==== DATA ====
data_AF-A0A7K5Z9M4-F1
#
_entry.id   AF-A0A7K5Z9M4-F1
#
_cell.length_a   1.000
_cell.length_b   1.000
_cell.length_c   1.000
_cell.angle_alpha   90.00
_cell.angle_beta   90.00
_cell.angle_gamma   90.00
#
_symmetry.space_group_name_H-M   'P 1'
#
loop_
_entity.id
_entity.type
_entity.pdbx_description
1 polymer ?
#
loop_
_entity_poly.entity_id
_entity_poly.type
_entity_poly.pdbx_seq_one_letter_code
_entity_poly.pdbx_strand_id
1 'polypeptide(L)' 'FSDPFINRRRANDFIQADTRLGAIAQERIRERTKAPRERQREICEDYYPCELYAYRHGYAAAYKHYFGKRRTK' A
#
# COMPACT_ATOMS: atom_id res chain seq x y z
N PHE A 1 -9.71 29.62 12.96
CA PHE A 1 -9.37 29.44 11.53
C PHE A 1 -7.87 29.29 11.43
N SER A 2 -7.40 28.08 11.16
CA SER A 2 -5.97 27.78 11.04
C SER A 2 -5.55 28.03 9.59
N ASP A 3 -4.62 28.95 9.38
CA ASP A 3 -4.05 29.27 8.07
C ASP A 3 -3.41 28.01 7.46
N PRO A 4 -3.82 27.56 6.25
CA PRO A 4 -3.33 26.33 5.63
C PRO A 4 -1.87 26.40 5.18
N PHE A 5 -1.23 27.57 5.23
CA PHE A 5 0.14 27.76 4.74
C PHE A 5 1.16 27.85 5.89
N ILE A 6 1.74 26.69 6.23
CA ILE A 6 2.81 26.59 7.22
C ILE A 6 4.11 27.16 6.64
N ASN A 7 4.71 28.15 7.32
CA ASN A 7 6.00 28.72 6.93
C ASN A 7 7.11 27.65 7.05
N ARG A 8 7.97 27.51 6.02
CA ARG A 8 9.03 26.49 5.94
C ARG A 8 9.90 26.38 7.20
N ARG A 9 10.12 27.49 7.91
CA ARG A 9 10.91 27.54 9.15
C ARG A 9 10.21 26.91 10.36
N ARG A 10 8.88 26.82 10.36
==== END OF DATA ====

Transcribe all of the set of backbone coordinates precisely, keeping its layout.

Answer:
data_AF-A0A7K5Z9M4-F1
#
_entry.id   AF-A0A7K5Z9M4-F1
#
_cell.length_a   1.000
_cell.length_b   1.000
_cell.length_c   1.000
_cell.angle_alpha   90.00
_cell.angle_beta   90.00
_cell.angle_gamma   90.00
#
_symmetry.space_group_name_H-M   'P 1'
#
loop_
_entity.id
_entity.type
_entity.pdbx_description
1 polymer ?
#
loop_
_entity_poly.entity_id
_entity_poly.type
_entity_poly.pdbx_seq_one_letter_code
_entity_poly.pdbx_strand_id
1 'polypeptide(L)' 'FSDPFINRRRANDFIQADTRLGAIAQERIRERTKAPRERQREICEDYYPCELYAYRHGYAAAYKHYFGKRRTK' A
#
# COMPACT_ATOMS: atom_id res chain seq x y z
N PHE A 1 -9.71 29.62 12.96
CA PHE A 1 -9.37 29.44 11.53
C PHE A 1 -7.87 29.29 11.43
N SER A 2 -7.40 28.08 11.16
CA SER A 2 -5.97 27.78 11.04
C SER A 2 -5.55 28.03 9.59
N ASP A 3 -4.62 28.95 9.38
CA ASP A 3 -4.05 29.27 8.07
C ASP A 3 -3.41 28.01 7.46
N PRO A 4 -3.82 27.56 6.25
CA PRO A 4 -3.33 26.33 5.63
C PRO A 4 -1.87 26.40 5.18
N PHE A 5 -1.23 27.57 5.23
CA PHE A 5 0.14 27.76 4.74
C PHE A 5 1.16 27.85 5.89
N ILE A 6 1.74 26.69 6.23
CA ILE A 6 2.81 26.59 7.22
C ILE A 6 4.11 27.16 6.64
N ASN A 7 4.71 28.15 7.32
CA ASN A 7 6.00 28.72 6.93
C ASN A 7 7.11 27.65 7.05
N ARG A 8 7.97 27.51 6.02
CA ARG A 8 9.03 26.49 5.94
C ARG A 8 9.90 26.38 7.20
N ARG A 9 10.12 27.49 7.91
CA ARG A 9 10.91 27.54 9.15
C ARG A 9 10.21 26.91 10.36
N ARG A 10 8.88 26.82 10.36